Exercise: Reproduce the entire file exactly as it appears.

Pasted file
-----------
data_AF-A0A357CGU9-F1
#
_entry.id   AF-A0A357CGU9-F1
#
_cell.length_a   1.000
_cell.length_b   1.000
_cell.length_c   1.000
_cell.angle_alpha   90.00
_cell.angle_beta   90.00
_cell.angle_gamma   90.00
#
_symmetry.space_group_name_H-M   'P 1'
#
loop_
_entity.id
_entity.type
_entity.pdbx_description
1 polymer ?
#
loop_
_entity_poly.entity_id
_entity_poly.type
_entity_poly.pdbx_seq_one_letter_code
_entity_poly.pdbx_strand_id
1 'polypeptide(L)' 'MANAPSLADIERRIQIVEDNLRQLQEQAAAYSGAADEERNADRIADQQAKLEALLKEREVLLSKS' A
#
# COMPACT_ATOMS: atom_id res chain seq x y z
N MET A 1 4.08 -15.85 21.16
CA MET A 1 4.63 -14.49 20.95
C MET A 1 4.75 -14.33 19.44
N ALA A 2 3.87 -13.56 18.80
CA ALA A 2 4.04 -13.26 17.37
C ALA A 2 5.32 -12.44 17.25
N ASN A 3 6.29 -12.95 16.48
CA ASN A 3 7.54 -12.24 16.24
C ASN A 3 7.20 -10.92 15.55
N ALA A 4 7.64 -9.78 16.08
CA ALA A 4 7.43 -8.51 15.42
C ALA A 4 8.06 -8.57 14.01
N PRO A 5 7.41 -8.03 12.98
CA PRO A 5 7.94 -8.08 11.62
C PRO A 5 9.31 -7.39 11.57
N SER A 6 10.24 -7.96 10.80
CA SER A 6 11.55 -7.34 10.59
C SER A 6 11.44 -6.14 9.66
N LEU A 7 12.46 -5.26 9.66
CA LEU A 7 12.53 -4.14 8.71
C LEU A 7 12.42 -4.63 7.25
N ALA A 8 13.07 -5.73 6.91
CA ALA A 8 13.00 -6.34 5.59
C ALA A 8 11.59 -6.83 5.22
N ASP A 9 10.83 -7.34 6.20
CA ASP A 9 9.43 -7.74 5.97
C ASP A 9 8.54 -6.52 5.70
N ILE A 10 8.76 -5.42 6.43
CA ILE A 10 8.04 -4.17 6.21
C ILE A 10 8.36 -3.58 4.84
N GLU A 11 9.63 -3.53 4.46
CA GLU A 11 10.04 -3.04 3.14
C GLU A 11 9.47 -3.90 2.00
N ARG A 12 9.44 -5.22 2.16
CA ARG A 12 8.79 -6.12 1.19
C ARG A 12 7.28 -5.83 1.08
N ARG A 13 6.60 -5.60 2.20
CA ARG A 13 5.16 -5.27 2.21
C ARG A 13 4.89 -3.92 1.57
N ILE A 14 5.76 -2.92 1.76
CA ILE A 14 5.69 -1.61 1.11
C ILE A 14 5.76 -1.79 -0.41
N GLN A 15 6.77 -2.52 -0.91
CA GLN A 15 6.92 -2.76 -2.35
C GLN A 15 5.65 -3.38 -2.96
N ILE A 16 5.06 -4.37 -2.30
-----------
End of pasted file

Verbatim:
data_AF-A0A357CGU9-F1
#
_entry.id   AF-A0A357CGU9-F1
#
_cell.length_a   1.000
_cell.length_b   1.000
_cell.length_c   1.000
_cell.angle_alpha   90.00
_cell.angle_beta   90.00
_cell.angle_gamma   90.00
#
_symmetry.space_group_name_H-M   'P 1'
#
loop_
_entity.id
_entity.type
_entity.pdbx_description
1 polymer ?
#
loop_
_entity_poly.entity_id
_entity_poly.type
_entity_poly.pdbx_seq_one_letter_code
_entity_poly.pdbx_strand_id
1 'polypeptide(L)' 'MANAPSLADIERRIQIVEDNLRQLQEQAAAYSGAADEERNADRIADQQAKLEALLKEREVLLSKS' A
#
# COMPACT_ATOMS: atom_id res chain seq x y z
N MET A 1 4.08 -15.85 21.16
CA MET A 1 4.63 -14.49 20.95
C MET A 1 4.75 -14.33 19.44
N ALA A 2 3.87 -13.56 18.80
CA ALA A 2 4.04 -13.26 17.37
C ALA A 2 5.32 -12.44 17.25
N ASN A 3 6.29 -12.95 16.48
CA ASN A 3 7.54 -12.24 16.24
C ASN A 3 7.20 -10.92 15.55
N ALA A 4 7.64 -9.78 16.08
CA ALA A 4 7.43 -8.51 15.42
C ALA A 4 8.06 -8.57 14.01
N PRO A 5 7.41 -8.03 12.98
CA PRO A 5 7.94 -8.08 11.62
C PRO A 5 9.31 -7.39 11.57
N SER A 6 10.24 -7.96 10.80
CA SER A 6 11.55 -7.34 10.59
C SER A 6 11.44 -6.14 9.66
N LEU A 7 12.46 -5.26 9.66
CA LEU A 7 12.53 -4.14 8.71
C LEU A 7 12.42 -4.63 7.25
N ALA A 8 13.07 -5.73 6.91
CA ALA A 8 13.00 -6.34 5.59
C ALA A 8 11.59 -6.83 5.22
N ASP A 9 10.83 -7.34 6.20
CA ASP A 9 9.43 -7.74 5.97
C ASP A 9 8.54 -6.52 5.70
N ILE A 10 8.76 -5.42 6.43
CA ILE A 10 8.04 -4.17 6.21
C ILE A 10 8.36 -3.58 4.84
N GLU A 11 9.63 -3.53 4.46
CA GLU A 11 10.04 -3.04 3.14
C GLU A 11 9.47 -3.90 2.00
N ARG A 12 9.44 -5.22 2.16
CA ARG A 12 8.79 -6.12 1.19
C ARG A 12 7.28 -5.83 1.08
N ARG A 13 6.60 -5.60 2.20
CA ARG A 13 5.16 -5.27 2.21
C ARG A 13 4.89 -3.92 1.57
N ILE A 14 5.76 -2.92 1.76
CA ILE A 14 5.69 -1.61 1.11
C ILE A 14 5.76 -1.79 -0.41
N GLN A 15 6.77 -2.52 -0.91
CA GLN A 15 6.92 -2.76 -2.35
C GLN A 15 5.65 -3.38 -2.96
N ILE A 16 5.06 -4.37 -2.30